Jump to Main Content
Novel, host-restricted genotypes of Bordetella bronchiseptica associated with phocine respiratory tract isolates
- Register, Karen B., Ivanov, Yury V., Harvill, Eric T., Davison, Nick, Foster, Geoffrey
- Microbiology 2015 v.161 no.3 pp. 580-592
- Bordetella bronchiseptica, DNA, amino acid sequences, amino acid substitution, bacteria, death, disease outbreaks, distemper, domestic animals, genes, genetic variation, genotype, history, host specificity, hosts, information, mortality, multilocus sequence typing, pathogens, phylogeny, population, respiratory system, seals, single nucleotide polymorphism, strains, virulence, wild animals, Caspian Sea, North Sea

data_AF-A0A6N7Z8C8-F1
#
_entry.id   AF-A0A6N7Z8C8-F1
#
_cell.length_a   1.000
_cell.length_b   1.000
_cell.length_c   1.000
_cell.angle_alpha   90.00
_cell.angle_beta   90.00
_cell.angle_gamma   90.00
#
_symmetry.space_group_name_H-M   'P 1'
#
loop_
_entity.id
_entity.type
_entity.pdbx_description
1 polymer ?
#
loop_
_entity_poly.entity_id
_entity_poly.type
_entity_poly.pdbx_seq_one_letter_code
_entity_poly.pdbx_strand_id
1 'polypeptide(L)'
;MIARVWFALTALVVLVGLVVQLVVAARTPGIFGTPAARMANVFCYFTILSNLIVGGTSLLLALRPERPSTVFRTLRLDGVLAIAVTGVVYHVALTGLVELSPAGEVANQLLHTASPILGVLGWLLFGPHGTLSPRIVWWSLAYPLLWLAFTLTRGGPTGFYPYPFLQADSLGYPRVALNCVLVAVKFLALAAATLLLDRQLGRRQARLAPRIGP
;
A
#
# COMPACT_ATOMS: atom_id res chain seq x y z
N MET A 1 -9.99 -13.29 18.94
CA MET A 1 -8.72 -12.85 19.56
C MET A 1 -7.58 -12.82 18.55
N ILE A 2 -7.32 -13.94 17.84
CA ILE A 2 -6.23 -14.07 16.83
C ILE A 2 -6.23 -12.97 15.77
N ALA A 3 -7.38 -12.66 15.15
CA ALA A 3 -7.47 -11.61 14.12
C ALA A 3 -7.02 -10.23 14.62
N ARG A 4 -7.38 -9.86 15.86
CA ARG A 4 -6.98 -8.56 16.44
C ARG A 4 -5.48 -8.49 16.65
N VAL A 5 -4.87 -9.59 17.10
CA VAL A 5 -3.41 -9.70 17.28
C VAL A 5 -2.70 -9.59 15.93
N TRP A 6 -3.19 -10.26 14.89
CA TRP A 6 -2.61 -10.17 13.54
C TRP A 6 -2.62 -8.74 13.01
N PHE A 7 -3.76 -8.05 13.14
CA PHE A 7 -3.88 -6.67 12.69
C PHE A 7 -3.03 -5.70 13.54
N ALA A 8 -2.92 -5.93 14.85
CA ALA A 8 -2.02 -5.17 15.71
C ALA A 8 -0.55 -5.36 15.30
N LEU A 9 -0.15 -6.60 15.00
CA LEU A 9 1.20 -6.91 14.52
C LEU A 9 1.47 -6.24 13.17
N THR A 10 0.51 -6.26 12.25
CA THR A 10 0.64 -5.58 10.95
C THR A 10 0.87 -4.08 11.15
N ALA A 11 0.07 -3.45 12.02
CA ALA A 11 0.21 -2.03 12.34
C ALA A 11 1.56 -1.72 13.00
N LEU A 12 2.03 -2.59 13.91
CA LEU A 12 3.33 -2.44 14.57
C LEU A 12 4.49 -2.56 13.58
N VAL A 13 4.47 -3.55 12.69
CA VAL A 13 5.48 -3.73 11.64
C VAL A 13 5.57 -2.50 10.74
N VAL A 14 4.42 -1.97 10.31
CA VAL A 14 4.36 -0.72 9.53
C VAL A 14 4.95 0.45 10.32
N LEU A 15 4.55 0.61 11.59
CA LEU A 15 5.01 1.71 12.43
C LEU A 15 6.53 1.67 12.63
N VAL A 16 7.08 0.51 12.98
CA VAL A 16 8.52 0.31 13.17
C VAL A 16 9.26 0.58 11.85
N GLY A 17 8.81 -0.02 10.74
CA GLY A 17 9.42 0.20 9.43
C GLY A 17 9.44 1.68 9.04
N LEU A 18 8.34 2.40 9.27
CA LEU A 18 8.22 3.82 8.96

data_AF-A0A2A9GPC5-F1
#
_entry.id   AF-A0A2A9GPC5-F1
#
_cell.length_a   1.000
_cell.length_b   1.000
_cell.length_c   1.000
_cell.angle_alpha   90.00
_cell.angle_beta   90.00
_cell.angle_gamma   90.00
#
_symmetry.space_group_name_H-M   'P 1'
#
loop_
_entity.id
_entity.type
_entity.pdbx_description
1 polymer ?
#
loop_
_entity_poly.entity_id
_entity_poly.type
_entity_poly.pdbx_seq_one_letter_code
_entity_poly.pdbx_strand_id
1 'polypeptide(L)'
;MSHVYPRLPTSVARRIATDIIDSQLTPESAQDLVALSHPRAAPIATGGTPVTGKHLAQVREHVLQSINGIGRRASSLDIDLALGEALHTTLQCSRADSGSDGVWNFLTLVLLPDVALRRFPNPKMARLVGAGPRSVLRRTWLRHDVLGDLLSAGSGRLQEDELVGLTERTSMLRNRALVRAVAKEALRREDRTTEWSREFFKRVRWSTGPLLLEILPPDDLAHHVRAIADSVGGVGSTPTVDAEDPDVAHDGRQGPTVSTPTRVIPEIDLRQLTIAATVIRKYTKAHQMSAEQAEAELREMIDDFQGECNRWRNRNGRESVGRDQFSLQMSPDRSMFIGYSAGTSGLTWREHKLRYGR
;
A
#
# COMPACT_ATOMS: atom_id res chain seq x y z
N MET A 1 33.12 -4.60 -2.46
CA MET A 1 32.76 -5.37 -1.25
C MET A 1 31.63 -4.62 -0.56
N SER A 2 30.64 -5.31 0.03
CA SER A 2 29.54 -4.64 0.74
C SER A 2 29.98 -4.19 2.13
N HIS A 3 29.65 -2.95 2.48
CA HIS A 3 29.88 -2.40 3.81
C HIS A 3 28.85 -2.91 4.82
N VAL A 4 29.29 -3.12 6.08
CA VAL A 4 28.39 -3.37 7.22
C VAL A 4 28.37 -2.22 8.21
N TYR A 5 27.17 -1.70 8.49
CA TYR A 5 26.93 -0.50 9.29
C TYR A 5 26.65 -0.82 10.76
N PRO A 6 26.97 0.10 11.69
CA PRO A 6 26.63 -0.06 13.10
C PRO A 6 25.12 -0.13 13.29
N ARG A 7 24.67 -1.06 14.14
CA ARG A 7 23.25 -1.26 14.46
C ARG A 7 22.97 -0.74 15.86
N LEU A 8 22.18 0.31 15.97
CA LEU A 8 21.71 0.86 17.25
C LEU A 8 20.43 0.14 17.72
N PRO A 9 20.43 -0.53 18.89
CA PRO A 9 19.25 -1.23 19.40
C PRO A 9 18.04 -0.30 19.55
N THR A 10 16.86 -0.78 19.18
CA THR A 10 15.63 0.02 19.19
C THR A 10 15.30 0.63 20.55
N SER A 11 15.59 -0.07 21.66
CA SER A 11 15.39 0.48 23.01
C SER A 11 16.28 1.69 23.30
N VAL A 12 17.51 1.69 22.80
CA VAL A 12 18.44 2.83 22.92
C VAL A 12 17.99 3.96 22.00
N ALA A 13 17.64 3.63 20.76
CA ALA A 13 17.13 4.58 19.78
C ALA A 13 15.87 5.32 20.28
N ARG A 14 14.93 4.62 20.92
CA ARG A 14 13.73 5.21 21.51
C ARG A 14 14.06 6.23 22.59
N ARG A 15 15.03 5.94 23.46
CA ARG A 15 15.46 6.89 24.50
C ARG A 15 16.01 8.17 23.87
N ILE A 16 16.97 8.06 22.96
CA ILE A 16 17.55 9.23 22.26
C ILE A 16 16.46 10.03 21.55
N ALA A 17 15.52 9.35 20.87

- Bordetella bronchiseptica is a widespread respiratory pathogen in a variety of wild and domesticated animals. During a succession of phocine morbillivirus outbreaks occurring over the past 25 years, it was identified as a frequent secondary invader, often believed to be the cause of death. Prior analysis of isolates from seals in the North Sea acquired during the 1988 phocine distemper epidemic suggests a single, unique clone of the bacterium was circulating among affected seals. The goal of this study was to more fully evaluate the genetic diversity among seal isolates of B. bronchiseptica representing multiple outbreaks over the past 25 years in both the North Sea and Caspian Sea. Multilocus sequence typing (MLST) and Pvu II ribotyping of 55 isolates from the North Sea, collected between 1998 and 2009, revealed a single genotype not found in any other host species. A single, novel genotype, unique from that of the North Sea isolates, was found in four isolates from a 2000 outbreak in the Caspian Sea. Phylogenetic analysis of all B. bronchiseptica isolates for which information is available, based either on MLST sequence, ribotype patterns or genome-wide single-nucleotide polymorphisms (SNPs), consistently placed both seal-specific genotypes within the same major clade but also indicates a distinct evolutionary history for each. To investigate the possible basis for host specificity, DNA and predicted protein sequences of virulence genes that mediate host interactions were used in comparisons between a North Sea isolate, a Caspian Sea isolate and each of their closest relatives as inferred from genome-wide SNP analysis. Despite their phylogenetic divergence, fewer nucleotide and amino acid substitutions were found in comparisons of the two seal isolates than in comparisons with closely related strains. These data indicate disease-causing seal isolates of B. bronchiseptica comprise unique, host-adapted and highly clonal populations.